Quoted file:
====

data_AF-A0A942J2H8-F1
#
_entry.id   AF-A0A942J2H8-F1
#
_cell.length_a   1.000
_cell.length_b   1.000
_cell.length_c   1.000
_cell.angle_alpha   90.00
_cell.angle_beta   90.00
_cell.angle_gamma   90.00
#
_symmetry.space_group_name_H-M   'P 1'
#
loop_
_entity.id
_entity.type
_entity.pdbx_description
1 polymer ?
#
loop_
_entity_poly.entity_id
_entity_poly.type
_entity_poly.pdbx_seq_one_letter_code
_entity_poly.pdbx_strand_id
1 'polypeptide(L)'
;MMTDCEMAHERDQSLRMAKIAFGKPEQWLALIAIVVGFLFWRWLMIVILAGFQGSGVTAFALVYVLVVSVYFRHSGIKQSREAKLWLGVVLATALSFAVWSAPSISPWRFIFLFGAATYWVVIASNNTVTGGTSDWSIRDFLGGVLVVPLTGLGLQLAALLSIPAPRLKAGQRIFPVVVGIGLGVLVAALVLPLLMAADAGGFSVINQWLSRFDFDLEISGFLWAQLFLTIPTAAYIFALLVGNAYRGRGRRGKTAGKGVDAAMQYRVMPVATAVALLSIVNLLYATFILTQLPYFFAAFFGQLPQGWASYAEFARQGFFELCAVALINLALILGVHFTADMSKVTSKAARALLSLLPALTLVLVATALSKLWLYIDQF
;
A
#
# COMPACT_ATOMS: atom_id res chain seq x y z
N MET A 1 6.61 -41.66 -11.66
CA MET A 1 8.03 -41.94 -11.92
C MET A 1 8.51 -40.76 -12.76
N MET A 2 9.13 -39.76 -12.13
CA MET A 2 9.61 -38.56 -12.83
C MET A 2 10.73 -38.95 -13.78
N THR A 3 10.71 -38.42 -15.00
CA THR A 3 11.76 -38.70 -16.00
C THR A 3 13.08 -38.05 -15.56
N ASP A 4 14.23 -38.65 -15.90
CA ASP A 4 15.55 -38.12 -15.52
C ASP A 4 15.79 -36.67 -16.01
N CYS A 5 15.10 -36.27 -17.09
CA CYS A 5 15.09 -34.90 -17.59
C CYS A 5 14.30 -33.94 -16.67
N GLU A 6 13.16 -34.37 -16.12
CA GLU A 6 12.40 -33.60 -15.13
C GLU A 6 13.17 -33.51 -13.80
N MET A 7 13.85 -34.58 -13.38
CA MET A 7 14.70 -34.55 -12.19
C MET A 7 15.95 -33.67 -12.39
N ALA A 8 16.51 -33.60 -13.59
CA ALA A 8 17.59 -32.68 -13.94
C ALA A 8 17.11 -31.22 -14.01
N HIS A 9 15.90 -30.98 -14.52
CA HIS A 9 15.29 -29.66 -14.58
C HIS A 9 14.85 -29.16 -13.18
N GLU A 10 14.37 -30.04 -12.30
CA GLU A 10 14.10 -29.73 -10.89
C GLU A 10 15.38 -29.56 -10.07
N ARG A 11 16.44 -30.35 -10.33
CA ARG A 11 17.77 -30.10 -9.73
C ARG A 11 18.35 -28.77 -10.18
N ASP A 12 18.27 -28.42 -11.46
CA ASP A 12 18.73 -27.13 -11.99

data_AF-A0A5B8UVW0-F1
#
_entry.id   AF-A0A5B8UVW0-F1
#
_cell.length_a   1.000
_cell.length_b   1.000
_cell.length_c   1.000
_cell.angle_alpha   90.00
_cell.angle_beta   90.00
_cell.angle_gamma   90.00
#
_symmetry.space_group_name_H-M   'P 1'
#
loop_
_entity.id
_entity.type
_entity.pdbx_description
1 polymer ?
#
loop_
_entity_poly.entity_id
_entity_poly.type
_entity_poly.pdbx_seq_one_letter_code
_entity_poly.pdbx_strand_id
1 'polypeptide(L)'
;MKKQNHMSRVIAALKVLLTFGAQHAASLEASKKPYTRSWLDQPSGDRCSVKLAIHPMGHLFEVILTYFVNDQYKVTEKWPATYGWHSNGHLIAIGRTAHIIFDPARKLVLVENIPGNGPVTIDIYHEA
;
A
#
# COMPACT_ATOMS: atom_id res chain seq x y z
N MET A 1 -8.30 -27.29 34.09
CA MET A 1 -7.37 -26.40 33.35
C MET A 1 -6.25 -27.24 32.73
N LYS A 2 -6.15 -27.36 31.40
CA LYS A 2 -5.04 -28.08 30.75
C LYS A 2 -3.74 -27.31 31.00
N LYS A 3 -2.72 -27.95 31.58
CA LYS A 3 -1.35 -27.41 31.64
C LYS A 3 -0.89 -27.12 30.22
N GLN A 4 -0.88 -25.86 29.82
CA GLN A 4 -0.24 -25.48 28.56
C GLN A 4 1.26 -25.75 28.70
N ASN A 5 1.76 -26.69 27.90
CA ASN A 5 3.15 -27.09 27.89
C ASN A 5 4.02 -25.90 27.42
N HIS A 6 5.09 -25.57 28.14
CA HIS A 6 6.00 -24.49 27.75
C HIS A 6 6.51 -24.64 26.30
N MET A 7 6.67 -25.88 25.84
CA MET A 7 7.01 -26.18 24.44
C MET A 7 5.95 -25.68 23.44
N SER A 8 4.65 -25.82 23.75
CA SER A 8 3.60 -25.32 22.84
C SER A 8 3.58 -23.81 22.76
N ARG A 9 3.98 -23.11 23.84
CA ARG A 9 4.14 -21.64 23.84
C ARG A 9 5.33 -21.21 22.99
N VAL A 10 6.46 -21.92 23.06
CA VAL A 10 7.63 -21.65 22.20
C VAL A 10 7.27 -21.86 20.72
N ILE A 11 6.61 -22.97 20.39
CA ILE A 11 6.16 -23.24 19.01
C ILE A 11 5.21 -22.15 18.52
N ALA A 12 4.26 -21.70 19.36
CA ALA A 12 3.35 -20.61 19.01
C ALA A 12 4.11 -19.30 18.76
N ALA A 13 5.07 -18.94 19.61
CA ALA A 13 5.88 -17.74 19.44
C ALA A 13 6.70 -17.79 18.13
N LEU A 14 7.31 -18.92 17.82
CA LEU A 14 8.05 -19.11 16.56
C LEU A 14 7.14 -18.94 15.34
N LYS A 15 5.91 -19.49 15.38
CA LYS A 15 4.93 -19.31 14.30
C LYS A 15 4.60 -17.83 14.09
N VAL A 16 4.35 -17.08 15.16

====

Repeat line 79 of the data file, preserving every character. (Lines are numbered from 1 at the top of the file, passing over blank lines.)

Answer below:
loop_